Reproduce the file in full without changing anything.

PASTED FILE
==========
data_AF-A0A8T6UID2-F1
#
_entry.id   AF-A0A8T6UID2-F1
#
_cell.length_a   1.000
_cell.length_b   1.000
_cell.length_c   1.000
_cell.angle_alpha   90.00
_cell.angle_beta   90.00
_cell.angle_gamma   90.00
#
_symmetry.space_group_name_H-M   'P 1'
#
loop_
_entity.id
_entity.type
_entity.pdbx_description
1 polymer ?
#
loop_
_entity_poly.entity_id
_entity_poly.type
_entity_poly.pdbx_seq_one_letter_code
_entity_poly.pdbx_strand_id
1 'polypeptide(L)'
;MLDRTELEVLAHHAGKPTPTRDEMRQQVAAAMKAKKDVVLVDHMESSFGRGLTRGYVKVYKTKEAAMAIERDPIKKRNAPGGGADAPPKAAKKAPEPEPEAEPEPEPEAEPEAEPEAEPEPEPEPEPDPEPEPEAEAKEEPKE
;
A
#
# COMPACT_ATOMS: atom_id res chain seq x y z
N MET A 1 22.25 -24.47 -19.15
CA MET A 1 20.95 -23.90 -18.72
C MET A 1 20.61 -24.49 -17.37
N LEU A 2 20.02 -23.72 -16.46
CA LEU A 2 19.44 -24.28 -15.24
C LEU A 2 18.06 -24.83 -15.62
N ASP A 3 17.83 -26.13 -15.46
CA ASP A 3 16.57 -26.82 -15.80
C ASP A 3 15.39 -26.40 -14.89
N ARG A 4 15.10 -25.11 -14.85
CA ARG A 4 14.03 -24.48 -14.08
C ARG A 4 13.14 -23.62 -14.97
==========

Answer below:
data_AF-A0A8T6UID2-F1
#
_entry.id   AF-A0A8T6UID2-F1
#
_cell.length_a   1.000
_cell.length_b   1.000
_cell.length_c   1.000
_cell.angle_alpha   90.00
_cell.angle_beta   90.00
_cell.angle_gamma   90.00
#
_symmetry.space_group_name_H-M   'P 1'
#
loop_
_entity.id
_entity.type
_entity.pdbx_description
1 polymer ?
#
loop_
_entity_poly.entity_id
_entity_poly.type
_entity_poly.pdbx_seq_one_letter_code
_entity_poly.pdbx_strand_id
1 'polypeptide(L)'
;MLDRTELEVLAHHAGKPTPTRDEMRQQVAAAMKAKKDVVLVDHMESSFGRGLTRGYVKVYKTKEAAMAIERDPIKKRNAPGGGADAPPKAAKKAPEPEPEAEPEPEPEAEPEAEPEAEPEPEPEPEPDPEPEPEAEAKEEPKE
;
A
#
# COMPACT_ATOMS: atom_id res chain seq x y z
N MET A 1 22.25 -24.47 -19.15
CA MET A 1 20.95 -23.90 -18.72
C MET A 1 20.61 -24.49 -17.37
N LEU A 2 20.02 -23.72 -16.46
CA LEU A 2 19.44 -24.28 -15.24
C LEU A 2 18.06 -24.83 -15.62
N ASP A 3 17.83 -26.13 -15.46
CA ASP A 3 16.57 -26.82 -15.80
C ASP A 3 15.39 -26.40 -14.89
N ARG A 4 15.10 -25.11 -14.85
CA ARG A 4 14.03 -24.48 -14.08
C ARG A 4 13.14 -23.62 -14.97